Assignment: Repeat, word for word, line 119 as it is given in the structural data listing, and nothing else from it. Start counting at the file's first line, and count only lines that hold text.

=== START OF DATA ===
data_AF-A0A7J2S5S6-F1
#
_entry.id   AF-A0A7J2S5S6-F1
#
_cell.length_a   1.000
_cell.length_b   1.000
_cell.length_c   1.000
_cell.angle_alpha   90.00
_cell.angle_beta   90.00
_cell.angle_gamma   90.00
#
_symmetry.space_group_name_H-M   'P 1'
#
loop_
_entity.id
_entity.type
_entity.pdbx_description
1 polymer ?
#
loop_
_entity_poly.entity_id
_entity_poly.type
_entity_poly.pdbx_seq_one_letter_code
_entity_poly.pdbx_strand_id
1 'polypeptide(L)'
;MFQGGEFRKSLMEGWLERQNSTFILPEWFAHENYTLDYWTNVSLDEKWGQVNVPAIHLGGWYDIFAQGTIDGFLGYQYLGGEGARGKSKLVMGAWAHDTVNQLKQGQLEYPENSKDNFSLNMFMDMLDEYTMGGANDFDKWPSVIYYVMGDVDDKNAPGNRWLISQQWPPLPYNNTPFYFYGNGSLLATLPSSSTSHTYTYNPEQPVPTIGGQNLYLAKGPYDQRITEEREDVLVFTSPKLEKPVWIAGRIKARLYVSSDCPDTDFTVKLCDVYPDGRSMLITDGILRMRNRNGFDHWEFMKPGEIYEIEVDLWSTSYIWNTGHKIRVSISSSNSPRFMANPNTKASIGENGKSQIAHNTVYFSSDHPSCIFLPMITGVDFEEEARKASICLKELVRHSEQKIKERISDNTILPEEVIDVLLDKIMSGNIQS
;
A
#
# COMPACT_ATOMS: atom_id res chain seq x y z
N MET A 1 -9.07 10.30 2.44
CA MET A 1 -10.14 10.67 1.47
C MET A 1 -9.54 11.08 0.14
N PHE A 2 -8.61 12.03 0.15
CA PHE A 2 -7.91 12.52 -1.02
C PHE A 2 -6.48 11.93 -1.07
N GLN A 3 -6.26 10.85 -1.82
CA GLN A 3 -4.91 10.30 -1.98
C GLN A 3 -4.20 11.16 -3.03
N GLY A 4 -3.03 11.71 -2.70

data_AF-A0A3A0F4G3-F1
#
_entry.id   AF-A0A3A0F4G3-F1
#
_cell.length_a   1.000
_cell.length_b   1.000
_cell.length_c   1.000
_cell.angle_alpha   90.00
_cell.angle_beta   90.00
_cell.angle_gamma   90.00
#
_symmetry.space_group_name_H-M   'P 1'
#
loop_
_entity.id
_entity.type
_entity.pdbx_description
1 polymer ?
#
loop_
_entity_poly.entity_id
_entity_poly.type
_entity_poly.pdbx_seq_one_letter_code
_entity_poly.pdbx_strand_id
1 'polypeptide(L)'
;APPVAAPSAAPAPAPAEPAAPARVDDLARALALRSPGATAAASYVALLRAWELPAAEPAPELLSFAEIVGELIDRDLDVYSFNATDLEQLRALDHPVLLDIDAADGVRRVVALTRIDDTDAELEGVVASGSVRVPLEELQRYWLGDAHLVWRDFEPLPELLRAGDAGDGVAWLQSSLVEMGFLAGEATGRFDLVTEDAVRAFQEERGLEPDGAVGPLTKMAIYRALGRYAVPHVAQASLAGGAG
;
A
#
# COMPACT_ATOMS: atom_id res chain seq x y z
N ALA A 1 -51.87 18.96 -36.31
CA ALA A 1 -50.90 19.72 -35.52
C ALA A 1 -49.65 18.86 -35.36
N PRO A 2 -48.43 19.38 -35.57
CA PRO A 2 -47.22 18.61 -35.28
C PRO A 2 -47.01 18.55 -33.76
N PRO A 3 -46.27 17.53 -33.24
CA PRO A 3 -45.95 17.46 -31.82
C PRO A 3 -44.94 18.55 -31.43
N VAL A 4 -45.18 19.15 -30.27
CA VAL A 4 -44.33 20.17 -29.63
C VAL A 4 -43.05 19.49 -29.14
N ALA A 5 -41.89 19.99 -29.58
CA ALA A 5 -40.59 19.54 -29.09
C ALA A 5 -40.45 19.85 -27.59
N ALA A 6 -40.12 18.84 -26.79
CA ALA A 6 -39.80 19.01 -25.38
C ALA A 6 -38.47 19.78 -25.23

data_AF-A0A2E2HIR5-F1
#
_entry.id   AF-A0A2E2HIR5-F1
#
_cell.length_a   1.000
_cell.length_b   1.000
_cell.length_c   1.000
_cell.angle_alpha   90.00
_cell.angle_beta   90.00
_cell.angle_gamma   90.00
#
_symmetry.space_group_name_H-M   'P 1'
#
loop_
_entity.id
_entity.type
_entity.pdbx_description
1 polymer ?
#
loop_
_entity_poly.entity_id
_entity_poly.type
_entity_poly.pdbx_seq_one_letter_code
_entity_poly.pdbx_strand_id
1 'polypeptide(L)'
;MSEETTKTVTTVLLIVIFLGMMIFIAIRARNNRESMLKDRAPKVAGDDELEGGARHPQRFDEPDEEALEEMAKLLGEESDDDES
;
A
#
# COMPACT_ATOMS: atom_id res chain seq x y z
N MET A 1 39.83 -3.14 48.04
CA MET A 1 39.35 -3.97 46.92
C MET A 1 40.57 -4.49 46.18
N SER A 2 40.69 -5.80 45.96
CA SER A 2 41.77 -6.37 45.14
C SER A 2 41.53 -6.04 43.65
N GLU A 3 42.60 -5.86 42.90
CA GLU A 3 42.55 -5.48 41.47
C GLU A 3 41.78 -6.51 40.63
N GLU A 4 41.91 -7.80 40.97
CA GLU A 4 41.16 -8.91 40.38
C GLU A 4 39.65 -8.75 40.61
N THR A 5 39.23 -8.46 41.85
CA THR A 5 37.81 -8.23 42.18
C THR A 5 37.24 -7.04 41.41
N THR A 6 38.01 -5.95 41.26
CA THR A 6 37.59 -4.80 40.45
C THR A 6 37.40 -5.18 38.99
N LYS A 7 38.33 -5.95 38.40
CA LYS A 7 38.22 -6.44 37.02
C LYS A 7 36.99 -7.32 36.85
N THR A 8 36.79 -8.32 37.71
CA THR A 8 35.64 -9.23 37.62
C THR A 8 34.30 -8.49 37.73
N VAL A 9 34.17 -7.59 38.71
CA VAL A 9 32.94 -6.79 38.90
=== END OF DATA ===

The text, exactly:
N MET A 1 39.83 -3.14 48.04